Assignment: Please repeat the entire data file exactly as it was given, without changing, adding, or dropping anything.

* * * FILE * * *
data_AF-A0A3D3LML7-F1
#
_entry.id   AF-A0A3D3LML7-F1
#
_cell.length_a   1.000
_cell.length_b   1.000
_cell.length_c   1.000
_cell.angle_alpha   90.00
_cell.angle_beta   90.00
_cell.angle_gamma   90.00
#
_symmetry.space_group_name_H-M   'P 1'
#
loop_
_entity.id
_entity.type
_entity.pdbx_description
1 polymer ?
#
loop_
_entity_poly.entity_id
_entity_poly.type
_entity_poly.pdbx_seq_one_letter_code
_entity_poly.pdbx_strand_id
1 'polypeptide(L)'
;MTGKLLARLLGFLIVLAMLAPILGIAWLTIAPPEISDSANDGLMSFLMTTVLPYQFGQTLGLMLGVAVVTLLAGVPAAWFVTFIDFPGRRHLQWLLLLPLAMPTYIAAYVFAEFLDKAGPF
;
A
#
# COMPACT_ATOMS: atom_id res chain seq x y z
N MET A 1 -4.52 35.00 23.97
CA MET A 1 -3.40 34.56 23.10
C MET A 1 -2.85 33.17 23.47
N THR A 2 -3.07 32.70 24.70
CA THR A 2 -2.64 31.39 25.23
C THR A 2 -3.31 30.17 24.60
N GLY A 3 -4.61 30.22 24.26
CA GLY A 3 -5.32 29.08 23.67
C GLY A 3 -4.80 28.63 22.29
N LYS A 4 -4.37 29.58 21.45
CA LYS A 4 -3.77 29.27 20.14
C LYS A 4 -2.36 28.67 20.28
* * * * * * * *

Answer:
data_AF-A0A3D3LML7-F1
#
_entry.id   AF-A0A3D3LML7-F1
#
_cell.length_a   1.000
_cell.length_b   1.000
_cell.length_c   1.000
_cell.angle_alpha   90.00
_cell.angle_beta   90.00
_cell.angle_gamma   90.00
#
_symmetry.space_group_name_H-M   'P 1'
#
loop_
_entity.id
_entity.type
_entity.pdbx_description
1 polymer ?
#
loop_
_entity_poly.entity_id
_entity_poly.type
_entity_poly.pdbx_seq_one_letter_code
_entity_poly.pdbx_strand_id
1 'polypeptide(L)'
;MTGKLLARLLGFLIVLAMLAPILGIAWLTIAPPEISDSANDGLMSFLMTTVLPYQFGQTLGLMLGVAVVTLLAGVPAAWFVTFIDFPGRRHLQWLLLLPLAMPTYIAAYVFAEFLDKAGPF
;
A
#
# COMPACT_ATOMS: atom_id res chain seq x y z
N MET A 1 -4.52 35.00 23.97
CA MET A 1 -3.40 34.56 23.10
C MET A 1 -2.85 33.17 23.47
N THR A 2 -3.07 32.70 24.70
CA THR A 2 -2.64 31.39 25.23
C THR A 2 -3.31 30.17 24.60
N GLY A 3 -4.61 30.22 24.26
CA GLY A 3 -5.32 29.08 23.67
C GLY A 3 -4.80 28.63 22.29
N LYS A 4 -4.37 29.58 21.45
CA LYS A 4 -3.77 29.27 20.14
C LYS A 4 -2.36 28.67 20.28